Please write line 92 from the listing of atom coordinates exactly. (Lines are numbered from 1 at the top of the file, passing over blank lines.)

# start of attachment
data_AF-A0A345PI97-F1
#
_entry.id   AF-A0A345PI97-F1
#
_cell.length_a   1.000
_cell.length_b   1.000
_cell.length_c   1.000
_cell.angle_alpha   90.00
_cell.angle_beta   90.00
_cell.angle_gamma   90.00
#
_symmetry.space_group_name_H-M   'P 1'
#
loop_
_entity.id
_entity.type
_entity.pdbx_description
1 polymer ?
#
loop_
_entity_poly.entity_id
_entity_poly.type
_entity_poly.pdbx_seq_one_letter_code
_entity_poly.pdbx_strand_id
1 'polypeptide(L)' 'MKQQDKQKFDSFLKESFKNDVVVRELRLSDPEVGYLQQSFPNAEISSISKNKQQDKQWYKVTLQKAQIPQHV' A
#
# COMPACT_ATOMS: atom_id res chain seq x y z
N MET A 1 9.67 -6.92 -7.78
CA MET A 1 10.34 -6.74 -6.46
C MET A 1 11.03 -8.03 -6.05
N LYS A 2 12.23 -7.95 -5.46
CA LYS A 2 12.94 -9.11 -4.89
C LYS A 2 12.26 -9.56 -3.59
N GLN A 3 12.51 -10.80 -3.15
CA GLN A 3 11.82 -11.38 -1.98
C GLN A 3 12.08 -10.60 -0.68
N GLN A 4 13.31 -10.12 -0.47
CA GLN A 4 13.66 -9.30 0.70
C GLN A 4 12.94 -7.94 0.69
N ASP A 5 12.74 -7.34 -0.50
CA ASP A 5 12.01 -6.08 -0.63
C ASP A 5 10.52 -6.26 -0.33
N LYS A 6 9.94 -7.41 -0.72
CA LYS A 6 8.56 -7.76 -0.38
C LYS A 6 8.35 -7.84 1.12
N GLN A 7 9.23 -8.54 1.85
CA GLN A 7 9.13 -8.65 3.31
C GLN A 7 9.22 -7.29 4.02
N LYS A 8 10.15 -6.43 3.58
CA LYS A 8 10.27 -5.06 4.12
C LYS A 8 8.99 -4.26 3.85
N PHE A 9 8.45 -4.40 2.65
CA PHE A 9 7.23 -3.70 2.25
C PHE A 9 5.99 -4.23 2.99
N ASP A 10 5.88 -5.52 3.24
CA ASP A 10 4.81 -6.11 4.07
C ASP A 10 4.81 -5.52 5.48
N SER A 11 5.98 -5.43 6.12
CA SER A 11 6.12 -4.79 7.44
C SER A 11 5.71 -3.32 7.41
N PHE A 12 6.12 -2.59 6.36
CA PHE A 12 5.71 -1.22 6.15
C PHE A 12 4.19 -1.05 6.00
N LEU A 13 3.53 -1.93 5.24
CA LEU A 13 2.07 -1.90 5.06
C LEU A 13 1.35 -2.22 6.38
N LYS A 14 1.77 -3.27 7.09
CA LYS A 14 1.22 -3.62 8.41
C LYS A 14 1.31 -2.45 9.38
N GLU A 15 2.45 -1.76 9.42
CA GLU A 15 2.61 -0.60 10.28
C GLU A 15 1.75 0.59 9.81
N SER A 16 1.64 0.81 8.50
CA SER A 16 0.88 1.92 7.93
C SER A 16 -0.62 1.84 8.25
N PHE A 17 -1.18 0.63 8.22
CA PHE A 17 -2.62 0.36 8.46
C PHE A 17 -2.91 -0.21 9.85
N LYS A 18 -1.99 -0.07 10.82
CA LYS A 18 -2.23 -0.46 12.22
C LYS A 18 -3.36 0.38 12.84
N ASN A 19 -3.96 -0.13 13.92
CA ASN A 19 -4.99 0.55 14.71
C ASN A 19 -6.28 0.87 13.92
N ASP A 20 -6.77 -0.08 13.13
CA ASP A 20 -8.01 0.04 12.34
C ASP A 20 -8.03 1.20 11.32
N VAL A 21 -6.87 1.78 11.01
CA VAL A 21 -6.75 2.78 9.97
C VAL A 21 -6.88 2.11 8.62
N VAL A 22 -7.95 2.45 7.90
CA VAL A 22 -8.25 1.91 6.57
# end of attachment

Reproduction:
CA VAL A 22 -8.25 1.91 6.57